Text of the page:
(Intercept)  2.50592    0.09509  26.353  < 2e-16 ***
cov          0.88813    0.16188   5.486  4.1e-08 ***
------------------------------------------------------------------
Beta-Coefficients for variable no. 2: X2
Estimate Std. Error z value Pr(>|z|)
(Intercept)  2.50290    0.09643  25.954  < 2e-16 ***
cov         -0.93510    0.16617  -5.627 1.83e-08 ***
------------------------------------------------------------------
Beta-Coefficients for variable no. 3: X3
Estimate Std. Error z value Pr(>|z|)
(Intercept)  1.86560    0.09455  19.730  < 2e-16 ***
cov         -0.84977    0.16008  -5.308 1.11e-07 ***
------------------------------------------------------------------
Beta-Coefficients for variable no. 4: X4
Estimate Std. Error z value Pr(>|z|)
(Intercept)  1.17471    0.09963  11.791  < 2e-16 ***
cov         -0.59494    0.17108  -3.477 0.000506 ***
------------------------------------------------------------------
Significance codes: 0 β***β 0.001 β**β 0.01 β*β 0.05 β.β 0.1 β β 1

Log-likelihood: 1425 on 8 df (98 BFGS + 1 NR Iterations)
AIC: -2835, BIC: -2805
Number of Observations: 300
Parametrization: common``````
1 Like

Before this goes onto CRAN, there is an oversight in the `rstan_package.skeleton` function and rstanarm build process in that it only works with GNUmake. It is possible to insert

``````SystemRequirements: GNU make
``````

into DESCRIPTION, but I am trying to come up with a better fix.

I have some problem in understanding:

https://github.com/stemangiola/dirReg/blob/master/src/stan_files/dirReg.stan

Precisely

for(s in 1:S) beta_hat_hat[s] = softmax(to_vector(beta_hat[s])) * phi + 1;

I donβt understand the + 1.

Thanks Ben, however, the model is not mature or fully tested yet, I put it out there mainly for feedback. But I will do if it will put it on CRAN eventually.

The β+ 1β make sure that the prior for dirichlet is bigger than one, with the assuption that the dirichlet distribution is unimodal. This is an assumption of my model, but I think could have general validity.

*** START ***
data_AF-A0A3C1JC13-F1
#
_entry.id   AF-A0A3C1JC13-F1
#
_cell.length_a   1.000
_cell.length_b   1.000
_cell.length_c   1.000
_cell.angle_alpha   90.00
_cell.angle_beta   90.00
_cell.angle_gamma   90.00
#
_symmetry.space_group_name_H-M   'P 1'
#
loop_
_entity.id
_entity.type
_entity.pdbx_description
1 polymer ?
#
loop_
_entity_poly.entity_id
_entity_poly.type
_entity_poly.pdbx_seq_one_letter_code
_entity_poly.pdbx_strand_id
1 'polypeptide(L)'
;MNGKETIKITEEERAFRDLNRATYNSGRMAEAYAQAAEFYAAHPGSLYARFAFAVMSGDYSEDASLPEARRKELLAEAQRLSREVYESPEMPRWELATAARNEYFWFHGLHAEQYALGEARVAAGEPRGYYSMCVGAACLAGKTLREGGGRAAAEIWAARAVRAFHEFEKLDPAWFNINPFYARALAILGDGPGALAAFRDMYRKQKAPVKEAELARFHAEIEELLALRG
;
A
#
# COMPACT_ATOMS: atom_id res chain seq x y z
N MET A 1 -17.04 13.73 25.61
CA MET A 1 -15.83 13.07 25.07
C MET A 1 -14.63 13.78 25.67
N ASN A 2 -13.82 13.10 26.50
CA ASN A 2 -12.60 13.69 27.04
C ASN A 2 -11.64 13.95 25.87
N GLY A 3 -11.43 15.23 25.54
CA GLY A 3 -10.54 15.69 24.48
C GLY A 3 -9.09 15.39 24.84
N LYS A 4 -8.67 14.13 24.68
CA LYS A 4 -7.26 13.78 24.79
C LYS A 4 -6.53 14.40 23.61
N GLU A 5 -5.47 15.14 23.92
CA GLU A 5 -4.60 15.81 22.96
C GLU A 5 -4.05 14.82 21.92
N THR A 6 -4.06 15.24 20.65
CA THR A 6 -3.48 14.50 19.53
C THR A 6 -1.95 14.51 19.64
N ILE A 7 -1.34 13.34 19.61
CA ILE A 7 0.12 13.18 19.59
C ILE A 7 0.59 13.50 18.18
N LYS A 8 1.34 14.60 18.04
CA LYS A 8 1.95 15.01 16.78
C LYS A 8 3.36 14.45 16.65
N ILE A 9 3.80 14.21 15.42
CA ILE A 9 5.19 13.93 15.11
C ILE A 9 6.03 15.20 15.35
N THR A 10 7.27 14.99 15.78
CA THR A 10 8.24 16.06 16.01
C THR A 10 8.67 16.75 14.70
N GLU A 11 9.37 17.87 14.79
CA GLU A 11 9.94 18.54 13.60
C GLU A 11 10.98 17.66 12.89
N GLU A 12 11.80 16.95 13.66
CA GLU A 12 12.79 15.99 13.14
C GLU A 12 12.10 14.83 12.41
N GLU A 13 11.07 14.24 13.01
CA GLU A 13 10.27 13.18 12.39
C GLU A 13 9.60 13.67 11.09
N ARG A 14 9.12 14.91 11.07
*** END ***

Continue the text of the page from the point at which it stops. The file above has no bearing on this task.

What do you think?

By the way, if I allow the dirichlet to be bimodal the convergence is more difficult.

I what way does the +1 makes the Dirichlet distribution unimodal?

Say we have a softmax, eg.

p <- c(0.2, 0.15, 0.65)

any know we choose phi to be 4. Then we get:

(p * 4+1)/sum(p * 4+1)
[1] 0.2571429 0.2285714 0.5142857

A functional dependency between phi and p (or phi and the softmax).
I donβt know if Stan can handle this well. Can somebody comment?

Unless I am missing something, the * phi + 1 is outside the soft max.

Given that parameters in soft max can go from 0 to 1, + 1 should make sure that the result is > 1.

For example

``````> p <- c(0.2, 0.15, 0.65)
> (p/sum(p)) * 4 + 1

[1] 1.8 1.6 3.6
``````

I hope it makes sense

I understand, that the result > 1 and I think the softmax defining the porpotions and
phi the scaling.

c> p<-c(1.8,1.6,3.6)

p/sum( p )
[1] 0.2571429 0.2285714 0.5142857

Thus this is your porportions, different from softmax. And if phi (the 4) changes the porportions gets different again:

p <- c(0.2, 0.15, 0.65)
x<-(p/sum( p )) * 6 + 1
x/sum(x)
[1] 0.2444444 0.2111111 0.5444444

Btw sum( p ) == 1

But please somebody else may comment.

1 Like

Good to know, might be relevant for me. Is there some issue # so that I can follow this up?

It doesnβt affect existing packages, only new ones that are generated with `rstan_package.skeleton` in rstantools 2.17.x and only for last week and next.

Thanks Guys,

few questions:

1. so after next week I can eliminate the βSystemRequirements: GNU makeβ requirement?
2. what would be the most appropriate name for this model?
• Dirichlet regression
• Simplex regression (I would prefer)
• Softmax regression

Thanks a lot.

Ideally, we can make the build process not depend on GNU make. But we still havenβt figured it out completely and you will probably have to run `rstan_package.skeleton` again.